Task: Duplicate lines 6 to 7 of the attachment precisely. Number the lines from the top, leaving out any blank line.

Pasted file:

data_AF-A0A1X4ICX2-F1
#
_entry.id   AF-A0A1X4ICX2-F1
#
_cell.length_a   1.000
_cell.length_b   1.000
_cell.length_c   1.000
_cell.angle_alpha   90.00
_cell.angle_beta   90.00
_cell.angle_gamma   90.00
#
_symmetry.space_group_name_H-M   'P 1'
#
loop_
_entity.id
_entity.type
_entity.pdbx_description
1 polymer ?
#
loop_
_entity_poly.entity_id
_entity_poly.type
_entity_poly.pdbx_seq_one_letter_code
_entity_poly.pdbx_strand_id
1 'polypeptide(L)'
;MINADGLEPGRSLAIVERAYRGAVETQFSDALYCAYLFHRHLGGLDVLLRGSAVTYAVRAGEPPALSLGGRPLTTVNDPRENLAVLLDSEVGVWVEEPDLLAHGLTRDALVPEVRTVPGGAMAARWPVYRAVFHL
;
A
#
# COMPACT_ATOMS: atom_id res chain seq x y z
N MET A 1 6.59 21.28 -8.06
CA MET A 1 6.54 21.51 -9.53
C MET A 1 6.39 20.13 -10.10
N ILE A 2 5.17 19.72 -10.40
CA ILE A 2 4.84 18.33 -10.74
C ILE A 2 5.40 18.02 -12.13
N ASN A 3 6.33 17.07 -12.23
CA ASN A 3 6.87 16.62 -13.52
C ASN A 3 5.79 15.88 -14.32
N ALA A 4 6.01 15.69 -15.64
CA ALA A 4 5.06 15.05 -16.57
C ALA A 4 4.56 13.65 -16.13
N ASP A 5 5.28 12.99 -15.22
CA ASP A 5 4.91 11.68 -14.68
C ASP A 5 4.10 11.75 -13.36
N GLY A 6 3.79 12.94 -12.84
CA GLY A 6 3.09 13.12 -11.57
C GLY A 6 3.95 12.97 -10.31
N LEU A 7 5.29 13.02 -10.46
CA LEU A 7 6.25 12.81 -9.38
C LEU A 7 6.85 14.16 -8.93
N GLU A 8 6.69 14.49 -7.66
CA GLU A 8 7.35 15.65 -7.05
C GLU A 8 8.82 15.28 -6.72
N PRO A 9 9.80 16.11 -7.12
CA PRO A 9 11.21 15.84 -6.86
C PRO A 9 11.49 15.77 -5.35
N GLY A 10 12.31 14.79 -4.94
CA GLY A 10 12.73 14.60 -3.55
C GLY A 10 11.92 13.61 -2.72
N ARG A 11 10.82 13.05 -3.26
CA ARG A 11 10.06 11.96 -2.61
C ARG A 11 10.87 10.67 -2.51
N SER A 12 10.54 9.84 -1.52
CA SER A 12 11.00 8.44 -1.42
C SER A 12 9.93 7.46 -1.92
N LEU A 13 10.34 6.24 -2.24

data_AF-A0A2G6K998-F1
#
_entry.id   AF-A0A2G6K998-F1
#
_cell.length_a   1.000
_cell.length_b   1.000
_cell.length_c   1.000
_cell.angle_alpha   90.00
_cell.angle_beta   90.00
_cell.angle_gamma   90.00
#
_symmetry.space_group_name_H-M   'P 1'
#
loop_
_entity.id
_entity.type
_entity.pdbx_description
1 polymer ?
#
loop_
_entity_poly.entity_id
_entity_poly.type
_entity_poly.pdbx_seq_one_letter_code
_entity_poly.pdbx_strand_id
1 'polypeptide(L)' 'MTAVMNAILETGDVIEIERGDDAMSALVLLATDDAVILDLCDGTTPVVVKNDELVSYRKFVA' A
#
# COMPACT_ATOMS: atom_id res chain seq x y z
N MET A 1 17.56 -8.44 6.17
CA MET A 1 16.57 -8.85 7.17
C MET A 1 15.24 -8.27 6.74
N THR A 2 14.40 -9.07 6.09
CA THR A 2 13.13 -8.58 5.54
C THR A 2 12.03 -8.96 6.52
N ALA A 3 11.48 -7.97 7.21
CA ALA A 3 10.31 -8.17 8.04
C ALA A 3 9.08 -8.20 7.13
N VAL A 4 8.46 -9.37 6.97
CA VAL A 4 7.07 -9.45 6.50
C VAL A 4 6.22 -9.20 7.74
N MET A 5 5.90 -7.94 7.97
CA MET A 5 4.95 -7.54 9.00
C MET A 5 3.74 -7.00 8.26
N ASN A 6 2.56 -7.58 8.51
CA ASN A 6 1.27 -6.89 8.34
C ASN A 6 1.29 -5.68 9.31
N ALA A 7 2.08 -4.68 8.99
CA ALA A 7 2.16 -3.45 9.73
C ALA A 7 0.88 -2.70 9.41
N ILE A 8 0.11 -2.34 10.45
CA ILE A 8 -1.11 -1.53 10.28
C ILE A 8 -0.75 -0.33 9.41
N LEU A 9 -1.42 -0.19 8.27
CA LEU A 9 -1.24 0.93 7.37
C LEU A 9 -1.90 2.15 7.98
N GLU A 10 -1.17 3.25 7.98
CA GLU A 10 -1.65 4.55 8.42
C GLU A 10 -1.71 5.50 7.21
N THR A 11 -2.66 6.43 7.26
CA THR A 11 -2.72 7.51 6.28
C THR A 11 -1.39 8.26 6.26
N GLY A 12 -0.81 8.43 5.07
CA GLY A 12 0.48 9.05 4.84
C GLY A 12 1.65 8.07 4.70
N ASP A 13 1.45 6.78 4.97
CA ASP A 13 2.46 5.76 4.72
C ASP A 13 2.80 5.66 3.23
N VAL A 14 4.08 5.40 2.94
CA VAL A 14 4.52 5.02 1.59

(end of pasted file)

_cell.length_b   1.000
_cell.length_c   1.000